Friday, May 10, 2013

How To Make A Good Resume...

A résumé is a self-advertisement that, when done properly, shows how your skills, experience, and achievements match the requirements of the job you want. This guide provides three free samples on which you can base your résumé. It will also walk you through setting up and laying out the content to highlight your skills and grab the reader’s attention.

Sample resume
Here are some well formatted sample résumés you can copy. For information on how to choose a layout and to write your own résumé, read the topics below.

Set Up The Resume

Format the page. Regardless of which résumé style you choose, it should be formatted in a specific way. Proper formatting draws attention to your accomplishment rather than to the font. By following the guidelines below, you’ll polish your résumé so that it makes a strong first impression. Guidelines to follow when formatting your résumé:
  • Set your margins to 1” all around.
  • Use a standard font such as Arial or Calibri. Times New Roman is acceptable but a little hard on the eyes; every second you can get a potential employer to look at your résumé counts, so consider using a sans serif (i.e. a font with no projecting features at the end of strokes).
  • Use font size 16 for your name, 14 for section headings, and 12 for all other text.
  • Use bold font for your name and section headings.
  • Use plenty of white space (blank lines). Proper use of white space will make your résumé easy to scan quickly and to read. Unless applying for a job where unique formatting is thematically appropriate, always use white paper and black font.

Create your heading. It should include your name, address, telephone number, and e-mail address. Your name should be in 16-point bold type, and the rest of the heading in regular 12-point font. You may either center the information, or justify it to the left or right of the page.

Choose a layout. How you lay out the information depends on the job you want. Here are three different types. More information on each type is available in order further down the page.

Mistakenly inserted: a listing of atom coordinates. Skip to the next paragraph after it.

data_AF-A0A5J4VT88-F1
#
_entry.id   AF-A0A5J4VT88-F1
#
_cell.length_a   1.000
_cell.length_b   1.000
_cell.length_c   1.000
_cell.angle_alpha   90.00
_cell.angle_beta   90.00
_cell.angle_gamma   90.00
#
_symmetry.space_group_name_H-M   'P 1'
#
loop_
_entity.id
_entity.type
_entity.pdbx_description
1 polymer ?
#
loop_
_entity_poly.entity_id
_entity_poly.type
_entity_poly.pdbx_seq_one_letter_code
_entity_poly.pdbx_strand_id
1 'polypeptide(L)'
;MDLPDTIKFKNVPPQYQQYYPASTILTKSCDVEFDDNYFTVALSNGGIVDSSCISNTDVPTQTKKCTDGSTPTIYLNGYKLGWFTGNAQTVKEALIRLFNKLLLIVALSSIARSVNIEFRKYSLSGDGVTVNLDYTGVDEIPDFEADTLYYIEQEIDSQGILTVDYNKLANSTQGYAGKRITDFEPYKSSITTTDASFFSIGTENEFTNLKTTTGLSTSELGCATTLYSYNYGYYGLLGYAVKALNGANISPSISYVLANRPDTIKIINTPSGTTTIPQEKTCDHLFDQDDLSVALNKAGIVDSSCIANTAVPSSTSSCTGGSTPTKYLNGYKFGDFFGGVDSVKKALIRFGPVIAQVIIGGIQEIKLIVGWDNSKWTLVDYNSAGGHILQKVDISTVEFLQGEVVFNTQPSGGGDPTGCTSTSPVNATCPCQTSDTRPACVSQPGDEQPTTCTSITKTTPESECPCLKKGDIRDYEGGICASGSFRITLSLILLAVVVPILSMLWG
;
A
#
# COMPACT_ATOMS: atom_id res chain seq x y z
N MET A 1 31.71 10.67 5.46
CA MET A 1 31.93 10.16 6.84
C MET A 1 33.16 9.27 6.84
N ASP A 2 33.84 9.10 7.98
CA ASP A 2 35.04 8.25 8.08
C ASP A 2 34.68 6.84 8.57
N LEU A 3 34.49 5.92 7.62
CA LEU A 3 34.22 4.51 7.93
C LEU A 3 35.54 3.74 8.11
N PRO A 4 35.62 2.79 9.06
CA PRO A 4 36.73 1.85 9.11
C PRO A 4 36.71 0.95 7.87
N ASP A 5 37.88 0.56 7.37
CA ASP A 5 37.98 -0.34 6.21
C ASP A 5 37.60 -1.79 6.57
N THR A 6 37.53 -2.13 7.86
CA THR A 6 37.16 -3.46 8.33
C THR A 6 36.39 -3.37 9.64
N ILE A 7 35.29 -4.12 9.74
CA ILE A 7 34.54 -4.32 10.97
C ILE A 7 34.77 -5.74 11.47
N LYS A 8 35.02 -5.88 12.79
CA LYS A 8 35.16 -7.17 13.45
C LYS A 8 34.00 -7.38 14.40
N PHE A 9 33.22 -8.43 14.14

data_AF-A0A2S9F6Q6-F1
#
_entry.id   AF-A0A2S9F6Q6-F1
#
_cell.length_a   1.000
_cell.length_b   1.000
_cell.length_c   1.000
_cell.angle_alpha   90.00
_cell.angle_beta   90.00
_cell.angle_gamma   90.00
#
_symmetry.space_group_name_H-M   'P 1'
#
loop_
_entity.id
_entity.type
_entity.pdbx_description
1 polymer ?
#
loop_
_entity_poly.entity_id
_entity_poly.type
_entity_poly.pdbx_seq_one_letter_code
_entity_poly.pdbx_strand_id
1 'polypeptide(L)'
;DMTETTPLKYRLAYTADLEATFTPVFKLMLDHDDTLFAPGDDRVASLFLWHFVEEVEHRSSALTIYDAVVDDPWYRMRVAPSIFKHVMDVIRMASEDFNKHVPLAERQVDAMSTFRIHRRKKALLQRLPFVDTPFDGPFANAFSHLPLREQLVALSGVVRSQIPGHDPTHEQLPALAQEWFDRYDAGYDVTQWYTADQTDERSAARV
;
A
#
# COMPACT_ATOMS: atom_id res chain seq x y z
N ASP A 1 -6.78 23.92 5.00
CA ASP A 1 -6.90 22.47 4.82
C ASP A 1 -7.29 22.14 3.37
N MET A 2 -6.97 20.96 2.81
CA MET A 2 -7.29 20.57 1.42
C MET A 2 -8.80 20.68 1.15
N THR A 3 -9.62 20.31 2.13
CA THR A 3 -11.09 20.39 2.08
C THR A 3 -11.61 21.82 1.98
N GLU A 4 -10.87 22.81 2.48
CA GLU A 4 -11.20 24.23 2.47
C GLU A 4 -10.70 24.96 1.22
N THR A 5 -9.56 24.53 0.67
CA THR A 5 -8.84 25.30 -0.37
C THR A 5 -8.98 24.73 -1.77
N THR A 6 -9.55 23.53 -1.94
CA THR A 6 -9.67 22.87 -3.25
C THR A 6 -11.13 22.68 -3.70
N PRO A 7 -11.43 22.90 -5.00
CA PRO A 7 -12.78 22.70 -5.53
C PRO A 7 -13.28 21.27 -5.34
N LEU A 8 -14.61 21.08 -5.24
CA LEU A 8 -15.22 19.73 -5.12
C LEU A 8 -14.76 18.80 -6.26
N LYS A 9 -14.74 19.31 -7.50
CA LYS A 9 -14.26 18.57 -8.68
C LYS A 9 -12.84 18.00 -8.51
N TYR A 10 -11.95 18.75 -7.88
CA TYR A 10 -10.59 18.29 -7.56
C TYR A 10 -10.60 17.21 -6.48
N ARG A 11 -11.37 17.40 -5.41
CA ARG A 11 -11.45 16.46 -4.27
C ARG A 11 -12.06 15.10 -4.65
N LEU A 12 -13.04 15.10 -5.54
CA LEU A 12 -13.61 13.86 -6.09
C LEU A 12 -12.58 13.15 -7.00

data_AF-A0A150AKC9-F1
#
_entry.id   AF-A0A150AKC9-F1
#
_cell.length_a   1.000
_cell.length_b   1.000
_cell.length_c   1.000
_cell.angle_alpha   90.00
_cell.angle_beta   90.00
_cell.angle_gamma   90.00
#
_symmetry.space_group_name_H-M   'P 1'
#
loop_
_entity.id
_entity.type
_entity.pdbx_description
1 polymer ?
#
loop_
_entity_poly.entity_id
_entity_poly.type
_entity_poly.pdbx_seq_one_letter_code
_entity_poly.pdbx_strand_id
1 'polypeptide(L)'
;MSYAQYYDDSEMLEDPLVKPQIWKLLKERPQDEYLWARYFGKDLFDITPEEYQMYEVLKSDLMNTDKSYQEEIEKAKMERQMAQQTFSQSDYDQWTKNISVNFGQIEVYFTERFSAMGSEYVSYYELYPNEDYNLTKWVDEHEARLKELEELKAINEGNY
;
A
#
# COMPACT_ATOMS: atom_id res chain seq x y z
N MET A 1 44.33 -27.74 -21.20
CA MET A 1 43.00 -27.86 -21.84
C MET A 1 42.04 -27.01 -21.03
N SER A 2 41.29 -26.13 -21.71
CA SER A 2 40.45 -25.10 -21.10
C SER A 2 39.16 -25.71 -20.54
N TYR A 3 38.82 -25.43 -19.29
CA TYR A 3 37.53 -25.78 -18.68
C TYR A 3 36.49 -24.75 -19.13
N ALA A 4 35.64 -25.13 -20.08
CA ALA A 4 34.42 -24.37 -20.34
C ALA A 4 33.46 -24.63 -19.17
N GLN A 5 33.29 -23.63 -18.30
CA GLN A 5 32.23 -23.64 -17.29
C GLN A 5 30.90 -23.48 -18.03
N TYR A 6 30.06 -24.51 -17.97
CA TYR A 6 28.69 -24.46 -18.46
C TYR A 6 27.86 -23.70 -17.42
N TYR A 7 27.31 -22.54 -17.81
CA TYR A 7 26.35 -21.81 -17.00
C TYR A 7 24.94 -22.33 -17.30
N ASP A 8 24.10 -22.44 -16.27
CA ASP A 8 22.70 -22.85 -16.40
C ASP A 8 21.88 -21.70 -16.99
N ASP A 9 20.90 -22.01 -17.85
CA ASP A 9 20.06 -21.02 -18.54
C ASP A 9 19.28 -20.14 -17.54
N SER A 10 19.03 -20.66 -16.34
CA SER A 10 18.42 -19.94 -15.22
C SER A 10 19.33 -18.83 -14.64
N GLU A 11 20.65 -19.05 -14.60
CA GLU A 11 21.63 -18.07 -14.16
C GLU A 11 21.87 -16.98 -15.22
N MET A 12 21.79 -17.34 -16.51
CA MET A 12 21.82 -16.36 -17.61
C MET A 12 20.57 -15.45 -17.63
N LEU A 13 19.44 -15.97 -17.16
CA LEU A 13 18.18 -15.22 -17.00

Chronological résumé. The focus in this format is on experience. A chronological résumé is best for those who have mostly worked in the same field and can show steady progress up the ladder, each job being a step-up from the last. For example, someone who has worked as a receptionist, then as a legal secretary, and now as a paralegal may want to use a chronological résumé.

Functional résumé. The focus of this type of résumé is skills and experience, not job history. A functional résumé is best for those who cannot show a steady career progression. This type of résumé is designed to highlight specific skills rather than job titles. For example, a functional résumé is best for people who have changed jobs frequently, or who have gaps in work history. A mother who took time off to raise a family would likely benefit from a functional résumé. A photographer who has won awards for photographs, but who has only had one job as a photographer, would also benefit from the format of a functional résumé.

Combination résumé. A combination résumé is best for those who have specific skills and wish to highlight how they were acquired. If you’ve developed a special skill set from a variety of activities, and an evolving work history where you acquired them, a combination résumé is likely the best style for you.

Chronological Résumé
List your employment history. Your jobs should be listed in order with the most recent one first.
Include the name of the company, the city in which the company is located, your title, your duties and responsibilities, and dates of employment for each employer.
Under each job description include a bold heading, which reads “major accomplishment” or “achievements”, and list two or three achievements or a major accomplishment for that position. For example, you could list ways you saved the company money, made the office run more efficiently, or brought in new clients or customers. For example, you could include information on how you “implemented a new filing system that saved $1.50 per client in supply and labor costs.”

Provide information on your education.
  • If you attended more than one college, university, or training program, list the most recent one first.
  • For each institution, include the name, city and state, and the degree or certificate you received.
  • If you had a cumulative grade point average (“GPA”) of 3.5 or better, list it as well.
  • If you did not attend college or trade school, do not include your high school education; including high school information on your résumé doesn’t look professional.

Add additional sections as needed. Because a résumé is unique to each person, you may want to add additional sections in order to highlight something that makes you stand out as the right candidate for the particular job. For example:
  • If you have job specific skills, list them in a section titled ‘Special Skills.’